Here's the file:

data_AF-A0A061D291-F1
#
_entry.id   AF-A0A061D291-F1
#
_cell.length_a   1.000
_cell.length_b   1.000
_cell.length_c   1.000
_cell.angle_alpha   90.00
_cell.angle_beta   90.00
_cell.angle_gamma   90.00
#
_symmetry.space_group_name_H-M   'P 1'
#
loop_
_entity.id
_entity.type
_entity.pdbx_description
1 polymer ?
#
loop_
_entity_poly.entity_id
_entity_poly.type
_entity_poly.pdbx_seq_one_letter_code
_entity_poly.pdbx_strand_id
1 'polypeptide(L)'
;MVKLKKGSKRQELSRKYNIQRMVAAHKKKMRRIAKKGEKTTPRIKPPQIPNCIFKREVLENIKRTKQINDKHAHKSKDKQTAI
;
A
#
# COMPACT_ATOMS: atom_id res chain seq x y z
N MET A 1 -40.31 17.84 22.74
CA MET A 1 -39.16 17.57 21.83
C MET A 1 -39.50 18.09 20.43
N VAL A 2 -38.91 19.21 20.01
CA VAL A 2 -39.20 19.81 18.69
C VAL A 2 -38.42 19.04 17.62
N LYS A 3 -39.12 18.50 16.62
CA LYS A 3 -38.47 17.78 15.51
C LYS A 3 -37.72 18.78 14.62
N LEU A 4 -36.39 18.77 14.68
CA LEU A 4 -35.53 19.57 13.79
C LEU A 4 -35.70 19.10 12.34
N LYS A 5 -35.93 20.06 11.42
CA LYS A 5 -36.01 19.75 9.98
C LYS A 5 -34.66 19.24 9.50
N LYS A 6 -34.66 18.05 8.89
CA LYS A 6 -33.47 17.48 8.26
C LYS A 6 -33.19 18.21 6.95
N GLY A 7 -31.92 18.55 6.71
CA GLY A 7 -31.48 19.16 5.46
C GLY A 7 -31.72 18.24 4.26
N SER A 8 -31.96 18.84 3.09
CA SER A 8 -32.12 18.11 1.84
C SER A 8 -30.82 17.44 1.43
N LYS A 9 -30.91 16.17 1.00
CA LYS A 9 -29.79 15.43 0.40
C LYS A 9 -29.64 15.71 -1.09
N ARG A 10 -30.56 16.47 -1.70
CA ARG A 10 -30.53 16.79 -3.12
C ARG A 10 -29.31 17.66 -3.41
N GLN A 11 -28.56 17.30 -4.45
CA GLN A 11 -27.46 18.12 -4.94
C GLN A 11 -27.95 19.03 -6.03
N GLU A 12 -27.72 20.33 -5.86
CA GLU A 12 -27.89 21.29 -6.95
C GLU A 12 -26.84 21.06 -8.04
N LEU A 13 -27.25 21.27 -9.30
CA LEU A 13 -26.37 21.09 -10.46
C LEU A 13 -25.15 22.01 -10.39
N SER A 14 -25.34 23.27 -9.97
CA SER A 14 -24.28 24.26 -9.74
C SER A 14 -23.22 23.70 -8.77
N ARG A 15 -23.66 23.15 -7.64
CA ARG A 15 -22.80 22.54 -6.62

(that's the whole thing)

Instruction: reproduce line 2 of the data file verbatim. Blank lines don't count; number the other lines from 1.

#